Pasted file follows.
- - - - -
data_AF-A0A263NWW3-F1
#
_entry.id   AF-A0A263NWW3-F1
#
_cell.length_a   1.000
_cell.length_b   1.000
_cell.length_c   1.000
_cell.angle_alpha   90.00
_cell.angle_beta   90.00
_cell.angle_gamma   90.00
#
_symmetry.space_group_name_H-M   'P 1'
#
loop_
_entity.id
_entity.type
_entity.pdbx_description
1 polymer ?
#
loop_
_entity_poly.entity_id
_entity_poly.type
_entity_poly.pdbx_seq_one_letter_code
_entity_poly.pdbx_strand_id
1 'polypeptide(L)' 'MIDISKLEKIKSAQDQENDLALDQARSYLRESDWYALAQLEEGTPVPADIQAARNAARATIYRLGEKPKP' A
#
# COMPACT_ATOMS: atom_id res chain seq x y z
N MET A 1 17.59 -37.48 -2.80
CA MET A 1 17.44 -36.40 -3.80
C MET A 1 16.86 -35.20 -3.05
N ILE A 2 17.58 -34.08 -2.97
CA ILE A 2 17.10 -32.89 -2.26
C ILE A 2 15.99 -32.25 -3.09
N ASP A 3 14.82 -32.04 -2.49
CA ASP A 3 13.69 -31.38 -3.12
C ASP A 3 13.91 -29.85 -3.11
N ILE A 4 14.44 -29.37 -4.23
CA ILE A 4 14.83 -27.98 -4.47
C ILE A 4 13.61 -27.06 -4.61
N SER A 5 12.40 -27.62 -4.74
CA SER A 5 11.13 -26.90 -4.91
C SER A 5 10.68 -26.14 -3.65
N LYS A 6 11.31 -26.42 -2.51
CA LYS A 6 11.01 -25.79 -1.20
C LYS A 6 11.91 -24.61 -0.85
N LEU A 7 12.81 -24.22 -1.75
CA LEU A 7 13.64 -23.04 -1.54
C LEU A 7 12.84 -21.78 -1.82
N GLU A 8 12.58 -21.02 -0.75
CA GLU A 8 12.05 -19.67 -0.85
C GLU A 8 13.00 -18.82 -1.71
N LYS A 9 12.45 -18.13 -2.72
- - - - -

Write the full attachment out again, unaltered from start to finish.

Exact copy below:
data_AF-A0A263NWW3-F1
#
_entry.id   AF-A0A263NWW3-F1
#
_cell.length_a   1.000
_cell.length_b   1.000
_cell.length_c   1.000
_cell.angle_alpha   90.00
_cell.angle_beta   90.00
_cell.angle_gamma   90.00
#
_symmetry.space_group_name_H-M   'P 1'
#
loop_
_entity.id
_entity.type
_entity.pdbx_description
1 polymer ?
#
loop_
_entity_poly.entity_id
_entity_poly.type
_entity_poly.pdbx_seq_one_letter_code
_entity_poly.pdbx_strand_id
1 'polypeptide(L)' 'MIDISKLEKIKSAQDQENDLALDQARSYLRESDWYALAQLEEGTPVPADIQAARNAARATIYRLGEKPKP' A
#
# COMPACT_ATOMS: atom_id res chain seq x y z
N MET A 1 17.59 -37.48 -2.80
CA MET A 1 17.44 -36.40 -3.80
C MET A 1 16.86 -35.20 -3.05
N ILE A 2 17.58 -34.08 -2.97
CA ILE A 2 17.10 -32.89 -2.26
C ILE A 2 15.99 -32.25 -3.09
N ASP A 3 14.82 -32.04 -2.49
CA ASP A 3 13.69 -31.38 -3.12
C ASP A 3 13.91 -29.85 -3.11
N ILE A 4 14.44 -29.37 -4.23
CA ILE A 4 14.83 -27.98 -4.47
C ILE A 4 13.61 -27.06 -4.61
N SER A 5 12.40 -27.62 -4.74
CA SER A 5 11.13 -26.90 -4.91
C SER A 5 10.68 -26.14 -3.65
N LYS A 6 11.31 -26.42 -2.51
CA LYS A 6 11.01 -25.79 -1.20
C LYS A 6 11.91 -24.61 -0.85
N LEU A 7 12.81 -24.22 -1.75
CA LEU A 7 13.64 -23.04 -1.54
C LEU A 7 12.84 -21.78 -1.82
N GLU A 8 12.58 -21.02 -0.75
CA GLU A 8 12.05 -19.67 -0.85
C GLU A 8 13.00 -18.82 -1.71
N LYS A 9 12.45 -18.13 -2.72